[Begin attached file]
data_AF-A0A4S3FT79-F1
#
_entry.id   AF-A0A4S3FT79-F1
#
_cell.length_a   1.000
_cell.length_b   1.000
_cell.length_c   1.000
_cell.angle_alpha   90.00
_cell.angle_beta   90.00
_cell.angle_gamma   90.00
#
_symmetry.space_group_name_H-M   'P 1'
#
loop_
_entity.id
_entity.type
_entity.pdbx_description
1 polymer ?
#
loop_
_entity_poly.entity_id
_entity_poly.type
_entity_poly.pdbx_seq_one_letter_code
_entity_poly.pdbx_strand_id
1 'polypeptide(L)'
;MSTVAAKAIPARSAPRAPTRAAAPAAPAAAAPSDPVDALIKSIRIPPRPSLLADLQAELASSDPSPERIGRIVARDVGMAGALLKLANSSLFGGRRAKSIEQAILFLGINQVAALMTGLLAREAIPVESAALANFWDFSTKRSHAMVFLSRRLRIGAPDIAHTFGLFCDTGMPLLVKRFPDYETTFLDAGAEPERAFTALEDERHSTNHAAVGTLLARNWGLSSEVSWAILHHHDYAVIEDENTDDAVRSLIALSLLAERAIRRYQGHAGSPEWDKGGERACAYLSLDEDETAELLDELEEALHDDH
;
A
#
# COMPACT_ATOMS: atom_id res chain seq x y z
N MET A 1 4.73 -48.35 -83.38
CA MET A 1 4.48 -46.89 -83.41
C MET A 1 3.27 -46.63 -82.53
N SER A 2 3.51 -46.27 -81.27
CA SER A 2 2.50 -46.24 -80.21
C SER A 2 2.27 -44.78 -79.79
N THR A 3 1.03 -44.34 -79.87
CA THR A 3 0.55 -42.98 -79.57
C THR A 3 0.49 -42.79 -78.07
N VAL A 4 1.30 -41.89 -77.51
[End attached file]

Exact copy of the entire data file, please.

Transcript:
data_AF-A0A4S3FT79-F1
#
_entry.id   AF-A0A4S3FT79-F1
#
_cell.length_a   1.000
_cell.length_b   1.000
_cell.length_c   1.000
_cell.angle_alpha   90.00
_cell.angle_beta   90.00
_cell.angle_gamma   90.00
#
_symmetry.space_group_name_H-M   'P 1'
#
loop_
_entity.id
_entity.type
_entity.pdbx_description
1 polymer ?
#
loop_
_entity_poly.entity_id
_entity_poly.type
_entity_poly.pdbx_seq_one_letter_code
_entity_poly.pdbx_strand_id
1 'polypeptide(L)'
;MSTVAAKAIPARSAPRAPTRAAAPAAPAAAAPSDPVDALIKSIRIPPRPSLLADLQAELASSDPSPERIGRIVARDVGMAGALLKLANSSLFGGRRAKSIEQAILFLGINQVAALMTGLLAREAIPVESAALANFWDFSTKRSHAMVFLSRRLRIGAPDIAHTFGLFCDTGMPLLVKRFPDYETTFLDAGAEPERAFTALEDERHSTNHAAVGTLLARNWGLSSEVSWAILHHHDYAVIEDENTDDAVRSLIALSLLAERAIRRYQGHAGSPEWDKGGERACAYLSLDEDETAELLDELEEALHDDH
;
A
#
# COMPACT_ATOMS: atom_id res chain seq x y z
N MET A 1 4.73 -48.35 -83.38
CA MET A 1 4.48 -46.89 -83.41
C MET A 1 3.27 -46.63 -82.53
N SER A 2 3.51 -46.27 -81.27
CA SER A 2 2.50 -46.24 -80.21
C SER A 2 2.27 -44.78 -79.79
N THR A 3 1.03 -44.34 -79.87
CA THR A 3 0.55 -42.98 -79.57
C THR A 3 0.49 -42.79 -78.07
N VAL A 4 1.30 -41.89 -77.51